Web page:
The only physics engine I know is ODE so I'll roughly explain how would go with an engine like this one. I think this here could also be applied to something like bullet physics.
So, since your question is quite vague, here is something to start with:
One has first to determine what are the basic parts of the vehicle:
- four wheels, represented conceptually by cylinders
- the car, represented conceptually by a box
Then how are these items held together?
- a hinge holding each of the rear wheels to the car
- a hinge-2 holding each of the front wheels to the car
A hinge-2 is a hinge that has 2 axes, and is the type used to link front wheel to a car : it allows the wheel to roll on the road and it allows it turn in the direction it wants to go.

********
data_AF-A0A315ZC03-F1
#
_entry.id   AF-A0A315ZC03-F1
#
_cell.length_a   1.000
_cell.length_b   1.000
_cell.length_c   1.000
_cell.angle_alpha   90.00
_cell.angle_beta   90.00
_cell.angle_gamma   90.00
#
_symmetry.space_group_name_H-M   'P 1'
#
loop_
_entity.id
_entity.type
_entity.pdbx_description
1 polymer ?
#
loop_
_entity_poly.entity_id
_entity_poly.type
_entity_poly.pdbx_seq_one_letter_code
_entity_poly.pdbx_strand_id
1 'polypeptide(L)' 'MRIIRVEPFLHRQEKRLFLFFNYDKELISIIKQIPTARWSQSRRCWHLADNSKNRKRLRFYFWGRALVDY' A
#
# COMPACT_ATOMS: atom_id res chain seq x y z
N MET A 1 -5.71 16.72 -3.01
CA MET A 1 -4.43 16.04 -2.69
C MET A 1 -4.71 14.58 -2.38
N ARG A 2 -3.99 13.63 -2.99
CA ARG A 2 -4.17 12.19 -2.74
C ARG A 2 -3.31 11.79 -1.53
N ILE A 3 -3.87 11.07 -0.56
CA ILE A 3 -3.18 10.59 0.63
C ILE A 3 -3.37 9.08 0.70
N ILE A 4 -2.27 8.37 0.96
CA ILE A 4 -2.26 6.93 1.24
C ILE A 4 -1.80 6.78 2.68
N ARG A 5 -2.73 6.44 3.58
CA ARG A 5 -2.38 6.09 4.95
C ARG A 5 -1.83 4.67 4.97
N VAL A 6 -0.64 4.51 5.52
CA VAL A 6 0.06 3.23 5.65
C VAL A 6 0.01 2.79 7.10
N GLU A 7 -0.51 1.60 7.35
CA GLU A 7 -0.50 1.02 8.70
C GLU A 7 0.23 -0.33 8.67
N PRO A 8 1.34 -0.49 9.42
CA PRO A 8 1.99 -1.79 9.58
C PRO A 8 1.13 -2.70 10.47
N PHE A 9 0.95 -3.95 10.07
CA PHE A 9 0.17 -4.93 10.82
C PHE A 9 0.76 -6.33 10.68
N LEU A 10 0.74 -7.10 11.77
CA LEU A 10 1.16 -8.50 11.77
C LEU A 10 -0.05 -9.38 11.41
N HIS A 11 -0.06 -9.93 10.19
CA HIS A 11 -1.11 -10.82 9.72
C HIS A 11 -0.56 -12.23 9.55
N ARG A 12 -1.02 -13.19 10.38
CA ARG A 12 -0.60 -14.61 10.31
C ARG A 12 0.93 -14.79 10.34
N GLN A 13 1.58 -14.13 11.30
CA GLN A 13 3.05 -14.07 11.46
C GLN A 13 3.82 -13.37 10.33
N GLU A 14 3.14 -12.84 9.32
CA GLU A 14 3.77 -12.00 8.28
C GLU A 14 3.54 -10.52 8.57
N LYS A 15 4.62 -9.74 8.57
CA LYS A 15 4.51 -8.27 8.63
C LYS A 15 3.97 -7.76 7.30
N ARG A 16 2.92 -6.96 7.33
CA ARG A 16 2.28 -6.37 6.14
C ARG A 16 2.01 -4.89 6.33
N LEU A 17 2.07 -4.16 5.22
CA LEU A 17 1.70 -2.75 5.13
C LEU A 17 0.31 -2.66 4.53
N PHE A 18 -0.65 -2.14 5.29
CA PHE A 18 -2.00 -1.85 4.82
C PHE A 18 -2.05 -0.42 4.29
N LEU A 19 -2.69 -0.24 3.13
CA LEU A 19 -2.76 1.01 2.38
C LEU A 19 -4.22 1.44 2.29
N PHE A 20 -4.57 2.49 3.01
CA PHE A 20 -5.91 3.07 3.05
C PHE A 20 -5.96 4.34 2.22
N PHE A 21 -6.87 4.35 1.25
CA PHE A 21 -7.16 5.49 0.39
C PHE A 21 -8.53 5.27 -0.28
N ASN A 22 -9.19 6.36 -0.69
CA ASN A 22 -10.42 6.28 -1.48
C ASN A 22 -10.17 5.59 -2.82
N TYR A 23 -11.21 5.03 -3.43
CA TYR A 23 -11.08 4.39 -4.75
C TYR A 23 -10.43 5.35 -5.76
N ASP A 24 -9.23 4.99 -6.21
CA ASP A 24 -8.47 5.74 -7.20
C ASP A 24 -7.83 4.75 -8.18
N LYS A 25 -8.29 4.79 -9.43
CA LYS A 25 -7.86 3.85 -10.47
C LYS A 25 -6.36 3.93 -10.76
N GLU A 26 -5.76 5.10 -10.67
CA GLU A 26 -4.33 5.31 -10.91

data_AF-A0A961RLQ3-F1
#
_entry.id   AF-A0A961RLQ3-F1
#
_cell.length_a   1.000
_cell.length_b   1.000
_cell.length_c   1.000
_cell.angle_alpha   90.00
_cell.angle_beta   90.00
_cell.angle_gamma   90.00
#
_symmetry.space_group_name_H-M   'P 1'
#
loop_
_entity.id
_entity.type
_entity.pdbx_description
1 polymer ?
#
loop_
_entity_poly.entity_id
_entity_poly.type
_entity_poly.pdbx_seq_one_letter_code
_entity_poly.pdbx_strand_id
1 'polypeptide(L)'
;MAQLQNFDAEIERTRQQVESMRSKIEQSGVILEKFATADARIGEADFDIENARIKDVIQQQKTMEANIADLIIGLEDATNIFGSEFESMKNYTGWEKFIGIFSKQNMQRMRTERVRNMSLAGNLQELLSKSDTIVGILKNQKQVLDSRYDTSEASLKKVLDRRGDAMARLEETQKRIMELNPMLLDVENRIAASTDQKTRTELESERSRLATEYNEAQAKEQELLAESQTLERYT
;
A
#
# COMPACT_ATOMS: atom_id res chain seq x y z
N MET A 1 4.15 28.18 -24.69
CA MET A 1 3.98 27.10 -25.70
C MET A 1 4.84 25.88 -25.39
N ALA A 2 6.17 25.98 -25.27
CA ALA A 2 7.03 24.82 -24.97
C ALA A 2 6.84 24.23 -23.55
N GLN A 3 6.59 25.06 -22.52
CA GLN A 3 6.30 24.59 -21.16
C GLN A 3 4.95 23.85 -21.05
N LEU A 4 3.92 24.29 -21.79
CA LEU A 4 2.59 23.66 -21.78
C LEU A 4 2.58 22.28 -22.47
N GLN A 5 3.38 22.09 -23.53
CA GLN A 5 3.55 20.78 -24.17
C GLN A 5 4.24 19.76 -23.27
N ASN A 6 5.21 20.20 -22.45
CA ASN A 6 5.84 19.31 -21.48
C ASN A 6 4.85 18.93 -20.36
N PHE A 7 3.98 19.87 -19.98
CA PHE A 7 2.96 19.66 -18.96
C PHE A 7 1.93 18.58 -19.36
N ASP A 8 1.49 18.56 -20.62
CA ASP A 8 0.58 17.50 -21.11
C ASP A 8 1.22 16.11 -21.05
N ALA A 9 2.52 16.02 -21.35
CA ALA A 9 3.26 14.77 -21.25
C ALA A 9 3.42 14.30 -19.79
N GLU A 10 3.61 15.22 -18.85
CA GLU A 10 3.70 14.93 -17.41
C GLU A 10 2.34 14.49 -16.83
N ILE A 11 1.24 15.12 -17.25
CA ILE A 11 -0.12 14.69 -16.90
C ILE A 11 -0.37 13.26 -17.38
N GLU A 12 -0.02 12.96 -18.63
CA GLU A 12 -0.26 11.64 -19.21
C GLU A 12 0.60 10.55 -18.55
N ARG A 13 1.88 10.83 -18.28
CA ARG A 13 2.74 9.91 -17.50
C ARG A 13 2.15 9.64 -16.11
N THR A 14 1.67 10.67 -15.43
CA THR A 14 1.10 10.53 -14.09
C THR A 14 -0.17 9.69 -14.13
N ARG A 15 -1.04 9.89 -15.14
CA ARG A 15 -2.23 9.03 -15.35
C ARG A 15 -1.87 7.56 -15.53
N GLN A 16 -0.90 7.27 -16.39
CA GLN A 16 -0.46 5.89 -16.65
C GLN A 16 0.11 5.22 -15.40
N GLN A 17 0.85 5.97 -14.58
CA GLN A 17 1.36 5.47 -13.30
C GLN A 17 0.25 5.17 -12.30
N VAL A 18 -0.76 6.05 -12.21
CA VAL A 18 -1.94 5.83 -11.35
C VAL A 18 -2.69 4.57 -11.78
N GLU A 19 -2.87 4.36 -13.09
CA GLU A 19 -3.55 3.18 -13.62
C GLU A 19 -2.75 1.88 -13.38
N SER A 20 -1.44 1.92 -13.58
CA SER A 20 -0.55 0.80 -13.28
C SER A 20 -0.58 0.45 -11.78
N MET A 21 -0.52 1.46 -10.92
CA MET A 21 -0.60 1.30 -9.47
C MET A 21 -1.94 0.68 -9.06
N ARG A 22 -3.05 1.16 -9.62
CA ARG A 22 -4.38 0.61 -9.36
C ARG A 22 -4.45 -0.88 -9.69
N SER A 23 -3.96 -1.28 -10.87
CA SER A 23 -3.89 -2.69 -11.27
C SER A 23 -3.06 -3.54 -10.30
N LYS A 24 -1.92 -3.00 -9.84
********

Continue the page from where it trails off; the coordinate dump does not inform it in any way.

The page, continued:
Obviously, these hinges have parameters: wheels don't have limits when they roll on the road, but the front wheels can't turn at 360 degrees.
Then, depending on the behaviour you want to achieve, you'll have to set the front wheels or the rear wheels - or all of them - as motors (or as brakes).
You'll have to tune the friction parameters between your wheels bodies and your "ground" bodies to get the behaviour you'll need.
And finally, each frame of your simulation, you'll have to set the the maximum force to apply on each hinge and the requested speed.